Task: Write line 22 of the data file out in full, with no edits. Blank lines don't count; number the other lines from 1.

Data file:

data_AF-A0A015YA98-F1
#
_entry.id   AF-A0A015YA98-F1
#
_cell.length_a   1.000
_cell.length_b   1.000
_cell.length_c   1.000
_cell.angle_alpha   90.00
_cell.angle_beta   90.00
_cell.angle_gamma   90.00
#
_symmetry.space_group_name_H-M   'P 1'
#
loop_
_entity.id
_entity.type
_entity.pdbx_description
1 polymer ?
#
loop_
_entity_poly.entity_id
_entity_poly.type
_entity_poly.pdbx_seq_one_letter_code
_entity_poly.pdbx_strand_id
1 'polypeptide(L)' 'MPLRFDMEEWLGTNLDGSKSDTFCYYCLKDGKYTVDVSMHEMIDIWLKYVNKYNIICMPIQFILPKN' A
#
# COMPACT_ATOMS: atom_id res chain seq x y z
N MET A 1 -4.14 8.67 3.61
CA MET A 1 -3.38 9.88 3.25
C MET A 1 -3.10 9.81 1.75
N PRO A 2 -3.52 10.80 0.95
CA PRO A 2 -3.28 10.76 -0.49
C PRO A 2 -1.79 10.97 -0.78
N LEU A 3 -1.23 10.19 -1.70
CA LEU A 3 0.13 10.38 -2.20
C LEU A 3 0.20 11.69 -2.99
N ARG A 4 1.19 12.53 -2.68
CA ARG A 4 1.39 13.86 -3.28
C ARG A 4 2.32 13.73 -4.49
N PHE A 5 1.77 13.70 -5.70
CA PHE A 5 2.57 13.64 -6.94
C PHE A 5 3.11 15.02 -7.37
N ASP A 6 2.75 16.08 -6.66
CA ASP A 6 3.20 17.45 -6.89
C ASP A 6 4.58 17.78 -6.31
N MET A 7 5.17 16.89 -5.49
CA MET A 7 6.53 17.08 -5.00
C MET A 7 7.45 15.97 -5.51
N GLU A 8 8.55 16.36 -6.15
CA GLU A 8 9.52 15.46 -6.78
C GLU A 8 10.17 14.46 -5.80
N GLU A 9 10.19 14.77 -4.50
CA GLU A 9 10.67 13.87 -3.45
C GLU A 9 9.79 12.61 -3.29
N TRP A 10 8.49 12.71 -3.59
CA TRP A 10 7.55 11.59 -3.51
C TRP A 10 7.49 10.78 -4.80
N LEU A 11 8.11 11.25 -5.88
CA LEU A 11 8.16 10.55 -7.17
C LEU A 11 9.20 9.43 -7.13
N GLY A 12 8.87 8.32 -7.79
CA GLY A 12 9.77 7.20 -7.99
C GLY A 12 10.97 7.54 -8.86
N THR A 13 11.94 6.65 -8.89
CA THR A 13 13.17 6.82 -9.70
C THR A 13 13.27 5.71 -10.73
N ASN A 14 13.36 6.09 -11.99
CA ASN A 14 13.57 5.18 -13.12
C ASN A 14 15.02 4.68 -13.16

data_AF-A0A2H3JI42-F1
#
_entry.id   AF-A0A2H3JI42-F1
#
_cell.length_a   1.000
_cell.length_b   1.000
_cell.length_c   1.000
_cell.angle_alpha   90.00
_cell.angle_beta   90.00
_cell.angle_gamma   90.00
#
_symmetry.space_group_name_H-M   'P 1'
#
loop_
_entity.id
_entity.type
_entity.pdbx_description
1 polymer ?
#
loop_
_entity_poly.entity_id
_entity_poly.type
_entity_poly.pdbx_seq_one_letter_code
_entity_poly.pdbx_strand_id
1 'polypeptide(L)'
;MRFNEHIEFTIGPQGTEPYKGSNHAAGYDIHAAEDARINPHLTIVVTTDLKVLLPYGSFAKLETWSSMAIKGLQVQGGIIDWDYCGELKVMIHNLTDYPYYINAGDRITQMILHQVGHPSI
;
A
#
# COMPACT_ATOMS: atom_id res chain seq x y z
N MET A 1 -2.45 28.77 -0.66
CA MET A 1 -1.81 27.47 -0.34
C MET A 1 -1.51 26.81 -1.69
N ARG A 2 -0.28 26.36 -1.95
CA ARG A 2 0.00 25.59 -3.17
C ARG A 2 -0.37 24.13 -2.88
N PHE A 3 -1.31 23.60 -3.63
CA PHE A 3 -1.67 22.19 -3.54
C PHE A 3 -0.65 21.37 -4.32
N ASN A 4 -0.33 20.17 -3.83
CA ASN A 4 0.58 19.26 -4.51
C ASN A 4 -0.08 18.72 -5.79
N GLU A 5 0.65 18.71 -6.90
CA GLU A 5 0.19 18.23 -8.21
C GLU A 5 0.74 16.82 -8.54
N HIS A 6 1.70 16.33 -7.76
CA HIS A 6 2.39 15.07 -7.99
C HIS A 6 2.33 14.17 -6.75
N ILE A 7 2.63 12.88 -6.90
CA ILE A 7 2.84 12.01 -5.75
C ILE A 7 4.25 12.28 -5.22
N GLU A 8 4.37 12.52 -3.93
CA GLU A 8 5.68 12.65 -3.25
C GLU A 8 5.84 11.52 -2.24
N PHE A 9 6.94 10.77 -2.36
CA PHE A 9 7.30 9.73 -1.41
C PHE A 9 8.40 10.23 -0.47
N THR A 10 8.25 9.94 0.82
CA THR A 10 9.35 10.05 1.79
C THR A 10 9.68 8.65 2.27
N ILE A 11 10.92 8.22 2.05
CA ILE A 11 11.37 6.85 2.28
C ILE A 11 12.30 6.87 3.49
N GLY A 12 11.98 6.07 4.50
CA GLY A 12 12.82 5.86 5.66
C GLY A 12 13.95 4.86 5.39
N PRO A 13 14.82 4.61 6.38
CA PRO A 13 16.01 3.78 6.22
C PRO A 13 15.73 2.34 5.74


_entity_poly.type